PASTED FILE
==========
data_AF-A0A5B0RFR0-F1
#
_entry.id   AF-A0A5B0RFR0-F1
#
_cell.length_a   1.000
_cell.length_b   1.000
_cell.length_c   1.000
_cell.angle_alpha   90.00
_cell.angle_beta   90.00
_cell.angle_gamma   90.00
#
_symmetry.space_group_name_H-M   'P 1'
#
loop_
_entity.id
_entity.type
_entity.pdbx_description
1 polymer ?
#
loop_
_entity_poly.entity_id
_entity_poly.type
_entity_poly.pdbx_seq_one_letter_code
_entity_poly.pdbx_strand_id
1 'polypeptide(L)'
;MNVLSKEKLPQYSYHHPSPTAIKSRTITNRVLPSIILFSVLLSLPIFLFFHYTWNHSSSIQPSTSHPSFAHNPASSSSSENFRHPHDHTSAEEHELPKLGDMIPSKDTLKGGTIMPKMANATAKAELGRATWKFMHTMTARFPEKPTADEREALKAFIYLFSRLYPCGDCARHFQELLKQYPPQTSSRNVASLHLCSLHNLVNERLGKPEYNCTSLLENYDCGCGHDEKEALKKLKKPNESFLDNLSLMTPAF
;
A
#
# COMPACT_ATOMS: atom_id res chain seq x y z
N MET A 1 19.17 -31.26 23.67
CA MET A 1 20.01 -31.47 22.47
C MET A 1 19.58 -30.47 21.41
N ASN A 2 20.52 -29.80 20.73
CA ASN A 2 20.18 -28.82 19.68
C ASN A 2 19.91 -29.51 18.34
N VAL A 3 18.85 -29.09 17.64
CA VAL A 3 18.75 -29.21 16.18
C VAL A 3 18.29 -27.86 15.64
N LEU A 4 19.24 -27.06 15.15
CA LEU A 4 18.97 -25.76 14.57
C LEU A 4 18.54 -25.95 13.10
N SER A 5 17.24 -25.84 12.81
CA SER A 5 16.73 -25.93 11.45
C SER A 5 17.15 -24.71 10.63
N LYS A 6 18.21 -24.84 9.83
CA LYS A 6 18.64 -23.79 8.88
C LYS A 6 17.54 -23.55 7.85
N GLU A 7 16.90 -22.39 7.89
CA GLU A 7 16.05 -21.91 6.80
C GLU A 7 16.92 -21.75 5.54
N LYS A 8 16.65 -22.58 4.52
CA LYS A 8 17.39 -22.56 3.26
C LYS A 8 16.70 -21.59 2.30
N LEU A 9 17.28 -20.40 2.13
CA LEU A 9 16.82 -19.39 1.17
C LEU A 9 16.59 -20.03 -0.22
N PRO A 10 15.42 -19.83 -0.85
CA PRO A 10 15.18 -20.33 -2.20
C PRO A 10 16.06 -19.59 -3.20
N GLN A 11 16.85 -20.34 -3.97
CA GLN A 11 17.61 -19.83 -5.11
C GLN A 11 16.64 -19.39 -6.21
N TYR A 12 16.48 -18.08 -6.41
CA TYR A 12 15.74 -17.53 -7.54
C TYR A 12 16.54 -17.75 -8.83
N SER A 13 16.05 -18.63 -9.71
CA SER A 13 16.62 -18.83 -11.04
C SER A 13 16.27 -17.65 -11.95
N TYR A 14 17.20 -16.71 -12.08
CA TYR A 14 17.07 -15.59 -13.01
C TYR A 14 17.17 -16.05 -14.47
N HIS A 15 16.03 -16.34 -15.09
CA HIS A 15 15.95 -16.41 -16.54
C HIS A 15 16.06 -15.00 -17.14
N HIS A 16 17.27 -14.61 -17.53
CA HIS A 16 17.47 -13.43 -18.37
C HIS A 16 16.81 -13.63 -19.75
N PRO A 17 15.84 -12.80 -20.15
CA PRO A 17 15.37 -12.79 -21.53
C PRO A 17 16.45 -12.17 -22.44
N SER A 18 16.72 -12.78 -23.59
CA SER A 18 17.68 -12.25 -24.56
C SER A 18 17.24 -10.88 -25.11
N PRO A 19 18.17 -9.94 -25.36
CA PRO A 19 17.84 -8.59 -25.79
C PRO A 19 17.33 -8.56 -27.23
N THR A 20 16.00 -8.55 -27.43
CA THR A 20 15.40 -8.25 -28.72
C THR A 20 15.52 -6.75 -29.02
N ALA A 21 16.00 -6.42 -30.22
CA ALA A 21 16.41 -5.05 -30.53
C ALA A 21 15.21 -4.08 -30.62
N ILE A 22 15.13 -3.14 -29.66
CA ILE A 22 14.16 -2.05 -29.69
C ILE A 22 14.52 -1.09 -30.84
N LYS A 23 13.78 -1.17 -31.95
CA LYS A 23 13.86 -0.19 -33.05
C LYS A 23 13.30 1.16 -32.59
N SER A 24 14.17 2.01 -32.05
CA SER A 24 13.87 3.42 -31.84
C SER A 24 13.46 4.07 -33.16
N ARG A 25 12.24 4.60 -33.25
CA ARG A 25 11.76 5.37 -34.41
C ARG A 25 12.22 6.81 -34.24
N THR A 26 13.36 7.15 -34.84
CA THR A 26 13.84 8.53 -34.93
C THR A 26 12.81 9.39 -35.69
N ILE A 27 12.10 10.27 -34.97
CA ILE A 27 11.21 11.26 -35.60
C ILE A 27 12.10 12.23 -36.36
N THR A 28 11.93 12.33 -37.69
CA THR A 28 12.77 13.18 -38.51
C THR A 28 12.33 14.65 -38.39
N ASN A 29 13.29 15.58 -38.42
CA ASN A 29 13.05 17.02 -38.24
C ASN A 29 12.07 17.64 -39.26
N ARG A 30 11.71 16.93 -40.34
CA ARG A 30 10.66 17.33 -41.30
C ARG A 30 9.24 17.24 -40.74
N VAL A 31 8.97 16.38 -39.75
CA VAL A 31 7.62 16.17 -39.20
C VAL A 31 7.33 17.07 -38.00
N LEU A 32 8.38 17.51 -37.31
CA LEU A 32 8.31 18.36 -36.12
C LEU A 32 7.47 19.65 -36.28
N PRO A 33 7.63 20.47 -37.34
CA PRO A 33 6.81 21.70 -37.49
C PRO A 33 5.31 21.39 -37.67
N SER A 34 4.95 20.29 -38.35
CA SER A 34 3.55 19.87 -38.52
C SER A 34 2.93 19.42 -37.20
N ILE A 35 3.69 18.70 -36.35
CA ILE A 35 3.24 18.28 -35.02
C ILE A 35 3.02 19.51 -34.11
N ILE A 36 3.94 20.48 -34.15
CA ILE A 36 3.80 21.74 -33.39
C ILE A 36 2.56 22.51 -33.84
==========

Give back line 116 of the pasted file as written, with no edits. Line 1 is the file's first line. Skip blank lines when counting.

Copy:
CA ASN A 29 13.05 17.02 -38.24